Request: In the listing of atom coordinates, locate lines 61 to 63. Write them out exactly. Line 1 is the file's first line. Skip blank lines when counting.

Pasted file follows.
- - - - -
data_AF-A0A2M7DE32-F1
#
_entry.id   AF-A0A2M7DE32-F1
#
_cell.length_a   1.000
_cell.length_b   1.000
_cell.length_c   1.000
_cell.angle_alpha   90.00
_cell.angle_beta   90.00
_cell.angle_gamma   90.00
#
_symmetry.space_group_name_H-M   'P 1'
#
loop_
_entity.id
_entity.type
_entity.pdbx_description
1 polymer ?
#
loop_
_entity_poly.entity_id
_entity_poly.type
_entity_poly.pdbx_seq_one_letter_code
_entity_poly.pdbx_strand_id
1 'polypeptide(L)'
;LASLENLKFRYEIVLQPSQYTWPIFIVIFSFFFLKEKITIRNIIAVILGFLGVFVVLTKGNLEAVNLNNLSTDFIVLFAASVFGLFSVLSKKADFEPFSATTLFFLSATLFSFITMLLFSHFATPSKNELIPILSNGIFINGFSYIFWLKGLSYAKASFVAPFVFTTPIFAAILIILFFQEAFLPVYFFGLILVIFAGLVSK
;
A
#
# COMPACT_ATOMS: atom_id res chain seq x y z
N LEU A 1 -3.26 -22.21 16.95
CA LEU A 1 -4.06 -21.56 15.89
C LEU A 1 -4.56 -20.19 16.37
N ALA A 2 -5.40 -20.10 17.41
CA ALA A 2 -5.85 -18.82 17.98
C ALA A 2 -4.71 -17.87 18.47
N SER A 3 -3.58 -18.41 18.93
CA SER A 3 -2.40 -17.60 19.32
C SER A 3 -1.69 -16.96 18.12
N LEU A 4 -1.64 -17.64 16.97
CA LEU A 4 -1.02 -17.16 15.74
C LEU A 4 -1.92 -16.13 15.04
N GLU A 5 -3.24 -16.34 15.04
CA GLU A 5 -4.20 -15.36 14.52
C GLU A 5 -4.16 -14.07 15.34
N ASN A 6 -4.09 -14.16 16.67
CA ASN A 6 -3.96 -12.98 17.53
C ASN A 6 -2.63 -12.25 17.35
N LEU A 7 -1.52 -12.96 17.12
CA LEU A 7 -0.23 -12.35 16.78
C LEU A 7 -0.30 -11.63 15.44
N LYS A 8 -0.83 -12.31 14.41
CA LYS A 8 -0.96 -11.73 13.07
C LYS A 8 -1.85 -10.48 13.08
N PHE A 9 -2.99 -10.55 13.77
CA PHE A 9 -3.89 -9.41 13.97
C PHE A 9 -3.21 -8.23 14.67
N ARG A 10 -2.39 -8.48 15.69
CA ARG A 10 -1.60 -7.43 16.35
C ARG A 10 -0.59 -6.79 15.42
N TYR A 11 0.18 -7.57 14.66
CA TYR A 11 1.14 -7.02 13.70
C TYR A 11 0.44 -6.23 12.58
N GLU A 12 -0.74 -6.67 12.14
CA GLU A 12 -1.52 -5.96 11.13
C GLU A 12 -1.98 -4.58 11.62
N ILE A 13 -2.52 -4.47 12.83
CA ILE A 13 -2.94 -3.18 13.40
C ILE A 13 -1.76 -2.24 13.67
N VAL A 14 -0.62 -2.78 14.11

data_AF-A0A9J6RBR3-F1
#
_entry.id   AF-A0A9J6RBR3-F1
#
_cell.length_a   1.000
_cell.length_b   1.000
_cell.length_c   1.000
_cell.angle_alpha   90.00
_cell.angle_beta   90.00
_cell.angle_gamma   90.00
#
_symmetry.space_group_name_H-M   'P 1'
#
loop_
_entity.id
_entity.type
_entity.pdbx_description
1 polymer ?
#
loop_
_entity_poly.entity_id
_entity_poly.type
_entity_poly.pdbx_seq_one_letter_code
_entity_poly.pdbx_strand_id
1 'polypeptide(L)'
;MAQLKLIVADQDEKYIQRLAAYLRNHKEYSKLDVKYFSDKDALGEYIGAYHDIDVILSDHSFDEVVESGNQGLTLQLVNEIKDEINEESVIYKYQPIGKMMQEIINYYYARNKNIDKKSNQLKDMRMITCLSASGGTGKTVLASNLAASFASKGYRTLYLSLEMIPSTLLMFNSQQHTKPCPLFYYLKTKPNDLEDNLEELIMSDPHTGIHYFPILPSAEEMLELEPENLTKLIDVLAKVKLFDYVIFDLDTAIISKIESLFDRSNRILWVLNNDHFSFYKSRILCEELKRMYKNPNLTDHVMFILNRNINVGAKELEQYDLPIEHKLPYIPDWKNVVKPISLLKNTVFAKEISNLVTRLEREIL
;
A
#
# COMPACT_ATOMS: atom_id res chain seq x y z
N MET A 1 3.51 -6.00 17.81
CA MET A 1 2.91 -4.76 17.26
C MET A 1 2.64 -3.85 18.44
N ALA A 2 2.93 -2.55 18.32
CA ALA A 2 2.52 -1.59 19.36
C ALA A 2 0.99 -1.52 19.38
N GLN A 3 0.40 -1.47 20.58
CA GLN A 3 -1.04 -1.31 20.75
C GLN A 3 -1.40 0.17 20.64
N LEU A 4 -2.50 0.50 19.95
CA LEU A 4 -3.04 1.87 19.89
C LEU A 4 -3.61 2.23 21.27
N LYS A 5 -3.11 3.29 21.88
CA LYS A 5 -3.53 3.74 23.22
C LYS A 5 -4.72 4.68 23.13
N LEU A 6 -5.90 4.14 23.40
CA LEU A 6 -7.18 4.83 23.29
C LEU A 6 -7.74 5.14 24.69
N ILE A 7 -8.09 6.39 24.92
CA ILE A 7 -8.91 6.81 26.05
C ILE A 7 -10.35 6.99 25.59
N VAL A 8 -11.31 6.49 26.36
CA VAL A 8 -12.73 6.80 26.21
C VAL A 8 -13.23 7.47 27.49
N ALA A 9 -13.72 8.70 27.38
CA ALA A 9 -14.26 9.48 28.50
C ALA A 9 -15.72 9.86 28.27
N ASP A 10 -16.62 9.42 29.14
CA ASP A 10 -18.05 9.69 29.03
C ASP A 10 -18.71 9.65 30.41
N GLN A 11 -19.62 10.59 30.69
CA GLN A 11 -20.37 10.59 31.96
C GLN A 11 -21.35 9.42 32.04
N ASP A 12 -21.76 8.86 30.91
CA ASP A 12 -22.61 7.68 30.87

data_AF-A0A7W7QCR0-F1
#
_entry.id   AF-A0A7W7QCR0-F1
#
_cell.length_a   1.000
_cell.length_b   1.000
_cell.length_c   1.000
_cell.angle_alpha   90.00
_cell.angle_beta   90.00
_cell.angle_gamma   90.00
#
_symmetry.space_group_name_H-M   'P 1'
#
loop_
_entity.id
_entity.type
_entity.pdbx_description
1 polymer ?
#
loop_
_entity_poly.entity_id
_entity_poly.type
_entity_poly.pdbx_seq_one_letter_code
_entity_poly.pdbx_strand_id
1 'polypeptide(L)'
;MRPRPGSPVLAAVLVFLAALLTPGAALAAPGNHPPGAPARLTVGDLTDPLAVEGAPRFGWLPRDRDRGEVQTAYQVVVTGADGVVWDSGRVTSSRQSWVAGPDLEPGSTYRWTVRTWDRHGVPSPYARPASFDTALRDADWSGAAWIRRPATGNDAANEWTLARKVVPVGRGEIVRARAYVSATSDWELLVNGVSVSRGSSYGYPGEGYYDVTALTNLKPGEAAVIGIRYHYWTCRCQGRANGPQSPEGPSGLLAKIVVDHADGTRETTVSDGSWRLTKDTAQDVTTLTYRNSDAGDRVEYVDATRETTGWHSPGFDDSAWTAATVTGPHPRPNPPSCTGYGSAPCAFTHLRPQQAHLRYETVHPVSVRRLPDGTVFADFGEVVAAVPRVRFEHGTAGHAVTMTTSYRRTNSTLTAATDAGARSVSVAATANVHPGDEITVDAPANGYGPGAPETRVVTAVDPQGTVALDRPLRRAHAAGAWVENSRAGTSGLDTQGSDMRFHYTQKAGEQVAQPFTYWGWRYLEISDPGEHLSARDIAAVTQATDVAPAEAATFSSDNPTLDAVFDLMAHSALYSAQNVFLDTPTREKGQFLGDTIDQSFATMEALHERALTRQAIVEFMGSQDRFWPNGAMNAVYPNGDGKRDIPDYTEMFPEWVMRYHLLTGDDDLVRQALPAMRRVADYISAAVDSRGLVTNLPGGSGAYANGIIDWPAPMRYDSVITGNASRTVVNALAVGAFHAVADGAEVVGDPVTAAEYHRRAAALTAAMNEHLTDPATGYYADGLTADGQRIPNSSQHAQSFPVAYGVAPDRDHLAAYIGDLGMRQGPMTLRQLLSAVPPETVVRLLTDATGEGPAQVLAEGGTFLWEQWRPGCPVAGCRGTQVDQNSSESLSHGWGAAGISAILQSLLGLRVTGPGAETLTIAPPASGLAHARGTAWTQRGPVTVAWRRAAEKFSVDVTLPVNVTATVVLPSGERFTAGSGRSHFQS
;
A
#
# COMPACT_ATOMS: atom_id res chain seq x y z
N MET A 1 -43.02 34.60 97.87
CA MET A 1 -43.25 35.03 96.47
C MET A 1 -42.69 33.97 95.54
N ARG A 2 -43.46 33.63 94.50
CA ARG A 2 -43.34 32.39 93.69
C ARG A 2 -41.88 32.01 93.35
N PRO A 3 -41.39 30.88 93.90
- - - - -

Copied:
N TYR A 11 0.18 -7.57 14.66
CA TYR A 11 1.14 -7.02 13.70
C TYR A 11 0.44 -6.23 12.58